Artists Still Control the Music Economy

Artists can still make money making music.

Taylor Swift’s album, 1989, which racked up 1.287 million copies sold in it’s first week, is proof of that. But Swift’s story tells us more about the so called “new music economy.”

In the week prior to her album release, Swift and her record label removed all of her recordings from Spotify and other music streaming services, which have been notorious for shafting artists on streaming royalties, paying the average copyright holder somewhere in the range of $0.60 to $0.84 per payout. It is safe to say that, had Swift chosen to keep her music available for streaming, her album sales probably would have been cut in half. Instead, the decried move to step away from the streaming model resulted in a huge payoff for Swift and her label.

la-et-ms-first-week-for-taylor-swifts-1989-128-001Spotify urged Swift to be a part of what they called “the new music economy,” arguing that everyone should have access to Swift’s product. But what Swift, and other artists are beginning to realize is that the freemium model is centered around nothing by hype and Silicon Valley market disruption without a clear path forward for the artists and musicians who create music. Swift’s success shows us that music does not have to be free for artists to succeed, and that artists have a say in their financial success.

Artists and labels should be strongly considering moving away from free streaming, $1 stock music licenses, 29 cent downloads, and performances “for publicity.” Similarly, songwriters and composers should stop working for free and devaluing their work by giving it away for minuscule fractions of a penny. Artists and copyright owners have the power and ability to shape the future of the music business, and don’t have to feel pressured to conform to the tech industry’s sharing economy. Rights holders have just as much right to profit from their intellectual property as tech companies do from their technology patents. Whether an artist is selling albums, production music, or giving a concert, their hard work, training, and investment should factor into the retail price of the product they produce.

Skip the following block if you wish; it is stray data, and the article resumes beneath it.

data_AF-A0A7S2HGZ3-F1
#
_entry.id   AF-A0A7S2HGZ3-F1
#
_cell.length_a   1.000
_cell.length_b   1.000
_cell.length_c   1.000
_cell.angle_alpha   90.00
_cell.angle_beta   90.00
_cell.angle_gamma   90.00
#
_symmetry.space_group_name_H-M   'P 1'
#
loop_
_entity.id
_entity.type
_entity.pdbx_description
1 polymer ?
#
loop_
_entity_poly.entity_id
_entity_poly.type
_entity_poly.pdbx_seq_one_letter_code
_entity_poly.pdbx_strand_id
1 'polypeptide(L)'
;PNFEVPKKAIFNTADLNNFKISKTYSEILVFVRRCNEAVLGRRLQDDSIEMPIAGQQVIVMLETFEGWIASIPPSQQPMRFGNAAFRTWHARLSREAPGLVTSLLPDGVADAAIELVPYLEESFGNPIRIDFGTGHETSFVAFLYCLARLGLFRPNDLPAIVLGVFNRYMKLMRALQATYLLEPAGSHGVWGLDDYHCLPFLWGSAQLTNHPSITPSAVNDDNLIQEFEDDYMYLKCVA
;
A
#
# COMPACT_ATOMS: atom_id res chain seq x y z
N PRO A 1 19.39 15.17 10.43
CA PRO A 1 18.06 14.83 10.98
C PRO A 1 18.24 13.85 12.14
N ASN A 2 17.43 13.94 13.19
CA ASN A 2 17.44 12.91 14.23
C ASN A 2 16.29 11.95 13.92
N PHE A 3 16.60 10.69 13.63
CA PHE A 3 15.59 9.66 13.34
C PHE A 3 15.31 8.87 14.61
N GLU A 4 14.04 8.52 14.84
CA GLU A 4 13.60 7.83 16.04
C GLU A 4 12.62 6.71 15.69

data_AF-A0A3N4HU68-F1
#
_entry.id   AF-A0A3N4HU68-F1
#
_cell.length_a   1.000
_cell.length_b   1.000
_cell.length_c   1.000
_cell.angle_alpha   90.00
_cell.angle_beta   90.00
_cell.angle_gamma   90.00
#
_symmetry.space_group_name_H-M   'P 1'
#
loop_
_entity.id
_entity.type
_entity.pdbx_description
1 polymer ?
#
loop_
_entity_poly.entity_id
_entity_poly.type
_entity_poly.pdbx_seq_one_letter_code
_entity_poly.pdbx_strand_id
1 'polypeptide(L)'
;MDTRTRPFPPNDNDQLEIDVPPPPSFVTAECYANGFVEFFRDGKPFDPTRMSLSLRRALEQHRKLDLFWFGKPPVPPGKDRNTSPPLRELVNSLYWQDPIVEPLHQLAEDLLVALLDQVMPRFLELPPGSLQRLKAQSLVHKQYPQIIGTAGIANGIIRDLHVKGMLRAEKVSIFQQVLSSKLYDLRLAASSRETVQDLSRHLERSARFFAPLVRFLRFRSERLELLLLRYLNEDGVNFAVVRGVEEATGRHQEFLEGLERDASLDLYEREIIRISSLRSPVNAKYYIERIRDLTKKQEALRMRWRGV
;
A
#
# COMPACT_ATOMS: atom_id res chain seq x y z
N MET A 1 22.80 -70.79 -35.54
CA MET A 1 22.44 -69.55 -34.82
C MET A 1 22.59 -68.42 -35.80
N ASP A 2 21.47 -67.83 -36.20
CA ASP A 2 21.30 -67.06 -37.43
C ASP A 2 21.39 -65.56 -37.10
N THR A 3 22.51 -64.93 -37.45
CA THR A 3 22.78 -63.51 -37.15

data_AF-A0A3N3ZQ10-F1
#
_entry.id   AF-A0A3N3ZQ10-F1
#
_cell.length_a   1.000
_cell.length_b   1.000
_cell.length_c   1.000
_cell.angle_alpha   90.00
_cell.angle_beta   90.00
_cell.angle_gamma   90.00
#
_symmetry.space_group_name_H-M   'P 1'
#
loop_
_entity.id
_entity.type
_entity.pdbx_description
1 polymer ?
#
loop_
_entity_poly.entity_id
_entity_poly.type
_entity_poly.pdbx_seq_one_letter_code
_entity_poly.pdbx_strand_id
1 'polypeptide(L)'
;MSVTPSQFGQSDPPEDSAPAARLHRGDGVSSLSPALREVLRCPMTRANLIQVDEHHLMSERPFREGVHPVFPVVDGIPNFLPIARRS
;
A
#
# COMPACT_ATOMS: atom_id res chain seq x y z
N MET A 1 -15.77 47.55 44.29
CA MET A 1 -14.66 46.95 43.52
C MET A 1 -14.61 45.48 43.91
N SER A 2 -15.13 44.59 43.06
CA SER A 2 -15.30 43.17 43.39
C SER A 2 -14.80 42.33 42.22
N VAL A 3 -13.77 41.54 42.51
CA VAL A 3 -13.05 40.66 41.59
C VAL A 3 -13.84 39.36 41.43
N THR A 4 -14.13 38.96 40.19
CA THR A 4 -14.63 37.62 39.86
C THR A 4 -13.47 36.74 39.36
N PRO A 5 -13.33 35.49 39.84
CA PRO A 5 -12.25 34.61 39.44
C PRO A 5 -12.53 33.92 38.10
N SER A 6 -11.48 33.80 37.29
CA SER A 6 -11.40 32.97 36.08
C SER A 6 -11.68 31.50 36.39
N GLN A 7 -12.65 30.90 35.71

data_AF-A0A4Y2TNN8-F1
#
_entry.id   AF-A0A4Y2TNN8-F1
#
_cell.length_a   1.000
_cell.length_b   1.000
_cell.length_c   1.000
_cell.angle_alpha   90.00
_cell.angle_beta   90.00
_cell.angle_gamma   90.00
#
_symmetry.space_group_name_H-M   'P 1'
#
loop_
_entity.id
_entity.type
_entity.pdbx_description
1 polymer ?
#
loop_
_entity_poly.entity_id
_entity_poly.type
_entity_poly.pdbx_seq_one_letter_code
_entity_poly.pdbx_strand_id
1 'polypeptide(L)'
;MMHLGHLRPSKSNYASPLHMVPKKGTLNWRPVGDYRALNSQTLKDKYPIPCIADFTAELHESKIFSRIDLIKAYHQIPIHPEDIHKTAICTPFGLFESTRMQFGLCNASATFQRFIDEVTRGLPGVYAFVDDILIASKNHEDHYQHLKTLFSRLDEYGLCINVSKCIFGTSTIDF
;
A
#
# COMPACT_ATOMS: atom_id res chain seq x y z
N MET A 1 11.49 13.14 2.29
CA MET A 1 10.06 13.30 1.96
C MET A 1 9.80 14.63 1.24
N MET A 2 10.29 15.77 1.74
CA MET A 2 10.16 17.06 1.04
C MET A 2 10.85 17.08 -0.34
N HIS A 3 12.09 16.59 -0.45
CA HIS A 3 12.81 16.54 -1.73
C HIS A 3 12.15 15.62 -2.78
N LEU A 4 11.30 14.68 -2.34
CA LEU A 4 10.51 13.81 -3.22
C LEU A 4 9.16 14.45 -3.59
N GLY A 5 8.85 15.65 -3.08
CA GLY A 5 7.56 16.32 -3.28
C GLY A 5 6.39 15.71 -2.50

The fact that paying artists and musicians their fair share of royalties for streaming and downloads would undermine business models for free streaming and low-cost download providers sounds like a “you” problem for those companies, not the musicians whom they are trying to exploit.

Taylor Swift’s actions and subsequent success should be a wake-up call for musicians and record labels trying to compete in a music business that has been redefined by a bunch of 20 somethings in a warehouse loft in San Francisco. Stand up for what is yours – what you create is valuable, start acting like it.

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